I was asked to write my thoughts in a booklet to be sent to the Movement for Reform Judaism’s constituent congregations on “What inspires you, how you will change and what you will change in the coming year?” and I share my contribution here.
Rabbi Morris Joseph is by way of a hero of mine. A man who had journeyed in his life from service as rabbi of orthodox communities, to the West London Synagogue, his published writings belie the fact that he was essentially a man of the 19th century and have much to say to us in the 21st. In his sermon on “Reform and Reformers” he challenges his listeners to think about why they are in a Reform community at all. Dealing with those who joined for the laxity of “Judaism lite” or who enjoyed the aspect of revolt against established authority he admits the difference between the ideal theology and its less than ideal practitioners. He says “If the religious tone of our congregation is unsatisfactory, it is simply because so large a number of our members do not realize the responsibilities which their membership imposes upon them. They either attach no meaning to Reform, or they attach a wrong meaning to it.”. He goes on to remind us that the relaxation of some laws is done to free us for the meaning behind the law: “..because we are less bound, ritually and ceremonially, than other Jews. We are more free in one sense ; shall we accept that freedom without giving something in return, or, worse still, make it a pretext for stealing a wider and far less desirable freedom ? Why has the yoke of the Ceremonial Law been lightened for us ? Surely in order to place us under the yoke of a higher law, to set our energies free for the truly religious life. If we do not believe this, then we degrade Reform to the level of mere convenience and selfishness. We make it a force acting not on the side of Religion, but against it.”
Morris Joseph believed in the progressive nature of Judaism. He thought that in order to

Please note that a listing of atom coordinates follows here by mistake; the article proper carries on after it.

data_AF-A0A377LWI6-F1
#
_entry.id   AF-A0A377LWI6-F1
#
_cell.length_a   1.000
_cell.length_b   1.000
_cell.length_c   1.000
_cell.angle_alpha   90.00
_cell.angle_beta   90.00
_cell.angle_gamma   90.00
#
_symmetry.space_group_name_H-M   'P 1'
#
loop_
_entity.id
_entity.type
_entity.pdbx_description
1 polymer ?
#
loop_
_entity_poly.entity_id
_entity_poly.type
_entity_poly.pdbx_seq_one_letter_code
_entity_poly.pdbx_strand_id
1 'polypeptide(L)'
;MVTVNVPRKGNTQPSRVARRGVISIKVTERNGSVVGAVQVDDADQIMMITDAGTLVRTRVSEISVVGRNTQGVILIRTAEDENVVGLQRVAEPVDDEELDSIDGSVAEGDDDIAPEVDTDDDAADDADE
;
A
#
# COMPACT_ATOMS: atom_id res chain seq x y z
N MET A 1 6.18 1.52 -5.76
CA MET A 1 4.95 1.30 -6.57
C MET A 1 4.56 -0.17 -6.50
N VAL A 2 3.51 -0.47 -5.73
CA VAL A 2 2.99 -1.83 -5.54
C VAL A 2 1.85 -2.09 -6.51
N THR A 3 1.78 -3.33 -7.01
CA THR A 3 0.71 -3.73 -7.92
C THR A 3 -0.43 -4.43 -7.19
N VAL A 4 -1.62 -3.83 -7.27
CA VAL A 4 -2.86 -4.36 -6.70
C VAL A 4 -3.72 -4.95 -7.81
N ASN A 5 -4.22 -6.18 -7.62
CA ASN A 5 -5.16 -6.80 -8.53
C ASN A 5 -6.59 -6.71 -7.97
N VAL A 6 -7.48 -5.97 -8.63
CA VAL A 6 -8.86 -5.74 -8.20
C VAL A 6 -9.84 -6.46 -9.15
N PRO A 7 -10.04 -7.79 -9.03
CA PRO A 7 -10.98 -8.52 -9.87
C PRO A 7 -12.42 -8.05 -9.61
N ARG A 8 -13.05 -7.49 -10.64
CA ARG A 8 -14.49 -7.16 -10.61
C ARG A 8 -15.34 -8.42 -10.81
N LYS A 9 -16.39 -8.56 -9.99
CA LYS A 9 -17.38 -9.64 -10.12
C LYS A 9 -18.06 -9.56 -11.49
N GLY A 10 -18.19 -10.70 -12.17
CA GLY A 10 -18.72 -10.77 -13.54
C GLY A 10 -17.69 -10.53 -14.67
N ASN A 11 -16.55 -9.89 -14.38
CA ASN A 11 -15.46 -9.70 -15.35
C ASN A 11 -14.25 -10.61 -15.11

live, Judaism had to adapt itself to the shifting ideas of successive ages. But that did not mean that he did not also believe in the eternal nature of the Jewish message, and he preached wonderful sermons that set out a theology of high ideals and the importance of trying to live up to them. Ultimately, his measure of a person as not their theology, but the way they lived their lives. The point of Reform Judaism was to free our energies not to focus on the finest ritual details but to become the best, most honourable person we could become. His hope was that all who joined his synagogue would do so under “a strong and solemn sense of ethical and religious responsibility”.
Growing up in the Bradford Synagogue, one of the earliest Reform Communities in the country after West London and Manchester, the influence of Morris Joseph could still be felt. His call not for Judaism lite but for an ethical Judaism connected to its history and covenant with God still echoed within that beautiful building. The Jewish world has altered unimaginably since his death in 1930, and the wartime influx of German Jews to Britain changed and energised Reform synagogues in this country. The establishment of the State of Israel has also impacted on what it means to be Jewish. Yet his words continue to inspire me – his belief in the goodness of humanity, in the striving to be a better person expressed as our religious obligation, in his love of prayer and liturgy and his writing of new prayers for his community.
So what will be my change in the coming year? After more than eleven years successfully pioneering a job sharing model with Rabbi Sybil Sheridan, her retirement means it is time for me also to move on. At the time of writing I do not know what this will mean, but I shall be accompanied as always by the words and the teaching of Morris Joseph who believed in religion, in humanity, in community, in the Jewish people and in the aspiration to goodness.
What about myself will I change? I will once again search my heart and mind in order to identify how I can work this year towards becoming my best self, even though I know that this endeavour will never be fully achieved – and I will neither give up nor despair because I know this. And I will aspire to his ideal of becoming one of “those who have helped to form anew the moral life of Israel and to vitalize it afresh as a world-wide force.”